Tuesday, October 13, 2009

Un-Buttoning


The jig is up.

Way back in the mists of time when I called myself a knitter only and not a beader, I collected buttons. Much as I think that the right clasp for a necklace can make or break a design, I have always felt that the right buttons make or break a piece of knitting. I don't care how beautiful the knitting, or how beautifully finished a piece of knitting is - if it has the wrong buttons, it won't look good. As a knitter, I always bought buttons in certain quantities - the number I would need for a cardigan (of my preferred length) plus one extra, in case I ever lost one from my garment.

I have a fabulous button collection - I won't even attempt to deny it - and each button has it's own provenance. The photo ab0ve represents just a portion of my hoard, and I pretty much remember where I purchased each set. The very first year I attended Bead & Button, I bought buttons only - the collection in the bottom right hand of the photo is from that trip. They are all carved from Baltic amber. The ceramic celadon ones in the lower left hand corner I actually made myself, back in the days I took classes at a local pottery studio. The owner was reluctant to allot me kiln space for buttons, but he let me fire them on top of one of my unglazed plates. The horn and shell buttons in the center I purchased from one of the large London department stores during a trip to England with my mother. This was a very important trip for me not for what happened during the trip, but more for that fact that my then-boyfriend discovered that he missed having me around, and I think decided at that point that maybe getting married would be okay after all (H. will probably deny this, but a woman knows - wink).

Even after I started beading, and even though I love using buttons as closures on jewelry as well, my button stash was sacrosant, as I never wanted to break up a set and not be able to use it on a nice piece of knitting (and let's face it, I protect my hoard of stuff better than any dragon). But, well, last night, I was putting together a design, and, as is often the case for me, I couldn't find just the right clasp. I debated, I hemmed, I hawed, but ultimately I broke into the button box and - sure enough - the perfect button for the piece was lying right on top. And it does, in fact, look beautiful on the necklace. Sometimes you just have to let go, right?

So, again, this is just a suggestion to you (and a reminder to me), when looking for the best closure for a design, try unexpected places - you might be pleasantly surprised by the results. And button-hunting is so satisfying in itself - from rummage sales to fabric and notions stores, bead stores, knitting stores, all the way up to gorgeous art buttons and the high end button emporiums like Tender Buttons (in New York - there used to be one in Chicago, too, on the Gold Coast, but I'm not sure it's still there) - there's always a beautiful button to be found somewhere!

Thanks for visiting.

9 comments:

jodi said...

I totally identify with your post today. In my life before beads, I was also a knitter. I still dabble in it when I need a break from the beads which means I don't do it very often these days. I have to agree that the buttons on the icing on cake of a piece. You can knit the most beautiful sweater, but if the buttons are wrong it totally ruins the work. I personally waiting for the day my mother gives me her button collection. As a child I could spend hours sorting through all the buttons. I'm not sure I could bring myself to separate a set, but you never know.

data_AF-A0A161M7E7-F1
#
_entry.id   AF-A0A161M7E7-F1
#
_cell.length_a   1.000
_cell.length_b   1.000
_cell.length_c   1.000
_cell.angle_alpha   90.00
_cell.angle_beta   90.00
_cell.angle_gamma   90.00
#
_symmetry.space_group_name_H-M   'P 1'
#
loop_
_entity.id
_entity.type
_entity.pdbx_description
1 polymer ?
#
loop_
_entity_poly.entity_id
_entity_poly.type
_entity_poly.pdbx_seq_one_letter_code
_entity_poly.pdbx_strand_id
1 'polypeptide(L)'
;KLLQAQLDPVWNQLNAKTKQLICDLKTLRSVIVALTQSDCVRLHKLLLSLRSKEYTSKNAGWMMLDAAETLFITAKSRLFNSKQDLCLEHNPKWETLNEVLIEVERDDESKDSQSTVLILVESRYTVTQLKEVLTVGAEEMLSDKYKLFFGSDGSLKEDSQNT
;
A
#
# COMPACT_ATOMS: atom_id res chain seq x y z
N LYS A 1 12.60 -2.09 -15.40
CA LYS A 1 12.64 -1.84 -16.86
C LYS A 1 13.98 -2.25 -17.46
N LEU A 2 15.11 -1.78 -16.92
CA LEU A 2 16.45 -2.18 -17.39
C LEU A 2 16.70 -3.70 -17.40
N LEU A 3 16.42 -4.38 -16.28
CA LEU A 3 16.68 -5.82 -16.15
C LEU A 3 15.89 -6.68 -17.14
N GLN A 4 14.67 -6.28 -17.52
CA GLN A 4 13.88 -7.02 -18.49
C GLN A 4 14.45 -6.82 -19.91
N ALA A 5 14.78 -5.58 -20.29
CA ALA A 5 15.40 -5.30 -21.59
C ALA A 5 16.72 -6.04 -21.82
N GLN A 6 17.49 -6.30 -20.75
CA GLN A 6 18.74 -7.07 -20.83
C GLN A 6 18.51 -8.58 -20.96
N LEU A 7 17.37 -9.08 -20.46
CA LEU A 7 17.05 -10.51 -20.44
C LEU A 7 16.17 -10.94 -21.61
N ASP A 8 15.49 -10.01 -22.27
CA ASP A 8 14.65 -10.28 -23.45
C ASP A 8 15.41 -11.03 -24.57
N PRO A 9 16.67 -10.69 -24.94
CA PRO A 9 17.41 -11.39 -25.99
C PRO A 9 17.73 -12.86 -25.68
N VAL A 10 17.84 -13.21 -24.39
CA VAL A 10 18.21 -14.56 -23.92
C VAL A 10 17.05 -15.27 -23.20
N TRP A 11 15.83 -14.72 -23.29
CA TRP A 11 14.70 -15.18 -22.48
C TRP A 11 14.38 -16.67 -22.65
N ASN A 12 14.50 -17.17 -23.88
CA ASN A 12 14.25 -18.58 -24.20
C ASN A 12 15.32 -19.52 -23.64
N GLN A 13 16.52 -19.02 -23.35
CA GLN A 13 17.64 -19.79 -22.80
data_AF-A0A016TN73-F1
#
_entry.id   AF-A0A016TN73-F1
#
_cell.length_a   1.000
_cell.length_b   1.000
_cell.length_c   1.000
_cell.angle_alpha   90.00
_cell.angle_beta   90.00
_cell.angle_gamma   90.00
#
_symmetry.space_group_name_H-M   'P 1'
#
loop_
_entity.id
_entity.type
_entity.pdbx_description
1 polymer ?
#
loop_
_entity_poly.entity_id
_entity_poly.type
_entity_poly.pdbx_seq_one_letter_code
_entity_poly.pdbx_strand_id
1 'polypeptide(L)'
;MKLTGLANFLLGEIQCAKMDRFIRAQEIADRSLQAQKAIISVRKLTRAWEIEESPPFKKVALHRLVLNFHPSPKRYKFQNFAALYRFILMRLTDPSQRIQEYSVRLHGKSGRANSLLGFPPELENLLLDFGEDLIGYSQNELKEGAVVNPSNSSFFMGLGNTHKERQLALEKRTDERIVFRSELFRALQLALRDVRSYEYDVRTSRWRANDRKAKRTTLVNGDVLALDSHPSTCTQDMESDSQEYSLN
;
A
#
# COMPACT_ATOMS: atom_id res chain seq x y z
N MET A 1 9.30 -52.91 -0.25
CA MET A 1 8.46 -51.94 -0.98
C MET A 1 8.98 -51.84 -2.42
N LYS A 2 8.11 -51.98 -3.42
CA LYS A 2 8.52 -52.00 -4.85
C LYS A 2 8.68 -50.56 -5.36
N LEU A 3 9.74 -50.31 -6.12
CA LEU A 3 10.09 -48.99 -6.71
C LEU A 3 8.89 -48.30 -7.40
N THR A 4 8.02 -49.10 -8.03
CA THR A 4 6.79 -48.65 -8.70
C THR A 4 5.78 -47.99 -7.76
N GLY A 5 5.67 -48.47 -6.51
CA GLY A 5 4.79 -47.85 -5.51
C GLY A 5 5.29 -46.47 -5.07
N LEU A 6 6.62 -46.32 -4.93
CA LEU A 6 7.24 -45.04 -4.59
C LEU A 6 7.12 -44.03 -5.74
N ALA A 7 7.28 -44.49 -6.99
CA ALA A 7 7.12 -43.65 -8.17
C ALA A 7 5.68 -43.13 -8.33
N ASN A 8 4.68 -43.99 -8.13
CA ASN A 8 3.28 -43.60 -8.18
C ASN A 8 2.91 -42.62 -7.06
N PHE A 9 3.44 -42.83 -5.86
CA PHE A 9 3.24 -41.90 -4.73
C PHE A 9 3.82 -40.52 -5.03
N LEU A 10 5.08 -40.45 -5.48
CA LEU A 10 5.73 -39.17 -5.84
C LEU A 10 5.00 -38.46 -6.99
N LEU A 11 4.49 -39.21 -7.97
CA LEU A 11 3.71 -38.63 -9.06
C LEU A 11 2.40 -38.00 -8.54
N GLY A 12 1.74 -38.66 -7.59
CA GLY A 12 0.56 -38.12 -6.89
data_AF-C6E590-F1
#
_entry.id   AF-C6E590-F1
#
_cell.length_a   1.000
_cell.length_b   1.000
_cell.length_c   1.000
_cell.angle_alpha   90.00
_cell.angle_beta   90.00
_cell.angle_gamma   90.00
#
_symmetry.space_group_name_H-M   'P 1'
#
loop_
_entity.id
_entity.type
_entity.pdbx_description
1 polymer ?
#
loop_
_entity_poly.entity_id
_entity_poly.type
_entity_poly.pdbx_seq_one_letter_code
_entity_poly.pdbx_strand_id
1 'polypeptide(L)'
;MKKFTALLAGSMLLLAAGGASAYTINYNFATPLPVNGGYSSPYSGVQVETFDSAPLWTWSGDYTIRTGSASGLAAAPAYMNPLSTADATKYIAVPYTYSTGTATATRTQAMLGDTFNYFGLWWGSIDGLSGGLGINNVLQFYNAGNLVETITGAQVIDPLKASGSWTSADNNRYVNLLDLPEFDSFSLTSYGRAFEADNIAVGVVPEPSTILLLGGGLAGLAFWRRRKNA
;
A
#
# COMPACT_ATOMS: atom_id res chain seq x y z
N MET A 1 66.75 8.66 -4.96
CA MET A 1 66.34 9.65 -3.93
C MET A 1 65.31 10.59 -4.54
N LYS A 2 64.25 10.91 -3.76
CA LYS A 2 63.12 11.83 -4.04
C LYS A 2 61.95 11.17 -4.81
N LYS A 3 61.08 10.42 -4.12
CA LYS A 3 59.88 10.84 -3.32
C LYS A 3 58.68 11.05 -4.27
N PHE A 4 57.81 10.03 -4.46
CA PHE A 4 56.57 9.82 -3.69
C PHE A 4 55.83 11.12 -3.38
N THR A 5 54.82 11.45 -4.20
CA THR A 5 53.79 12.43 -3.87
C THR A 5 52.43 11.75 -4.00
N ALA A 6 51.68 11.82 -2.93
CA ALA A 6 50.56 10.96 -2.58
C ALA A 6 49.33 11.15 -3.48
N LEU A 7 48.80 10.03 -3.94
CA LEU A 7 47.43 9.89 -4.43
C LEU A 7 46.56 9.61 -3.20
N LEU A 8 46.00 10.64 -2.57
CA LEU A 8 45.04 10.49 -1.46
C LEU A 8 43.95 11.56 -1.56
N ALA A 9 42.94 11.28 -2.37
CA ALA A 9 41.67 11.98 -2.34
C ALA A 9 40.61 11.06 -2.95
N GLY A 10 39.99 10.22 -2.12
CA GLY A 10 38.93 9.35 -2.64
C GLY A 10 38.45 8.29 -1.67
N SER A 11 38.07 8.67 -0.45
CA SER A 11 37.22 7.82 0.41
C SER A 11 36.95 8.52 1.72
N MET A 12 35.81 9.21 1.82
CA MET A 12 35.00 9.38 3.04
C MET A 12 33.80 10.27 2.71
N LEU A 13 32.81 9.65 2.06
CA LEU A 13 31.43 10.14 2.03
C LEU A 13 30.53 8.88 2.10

Christina J. said...

You have some beautiful buttons! I find that I do the same thing with clasps. I have some beautiful clasps that are still waiting for the right design to use them. I like to use buttons for bracelet clasps, too.

stregata said...

Buttons are a topic unto themselves - I wonder why so many people remember playing with their mother's/grandmother's button collection? Those amber buttons are really beautiful!

Melissa J. Lee said...

Jodi, It was tough to decide to use it - but I think it will all work out, since I always buy an extra button in case of breakage or loss. I'm the same way about yarn - I always buy enough (if available) to complete a full sweater project. After my son was born, I started raiding my prized yarn for his hats and blankets, but he's the only reason I'd actually break up any lot of yarn.

Melissa J. Lee said...

Christina, I totally know what you mean! I have a few huge, bezel-set stone clasps from A/D Adornments that I purchased at local shows - and apart from one that I used to make a gift for my mother, they are still waiting for a project that's "good enough".

Melissa J. Lee said...

Stregata, The first time I ever visited Korea, I remember seeing the most gorgeous buttons - honey-colored amber. These don't really look like the Korean ones, but I coveted them so much as a girl that I couldn't resist picking these up at Bead & Button when I saw them on an amber merchant's table.

Alice said...

The buttons are beautiful! Thanks for the reminder to think outside the box when adding a clasp. I tend to reach for the same one--a simple toggle that goes with anything.

My mother gave away her beautiful button collection, which still makes me wince in pain.....but I know there are many sources for beautiful buttons.

Jean said...

You ASTOUND ME!!!

xox jean!

Jeannie said...

I love buttons and your collection is to die for. I have a stash of buttons from grandma and I can't bring myself to use them.
I remember as a child I swallowed one of my grandma's buttons because it was soooooooo pretty and I wanted it to be "with me" forever.
As a child you don't think about the "outcome."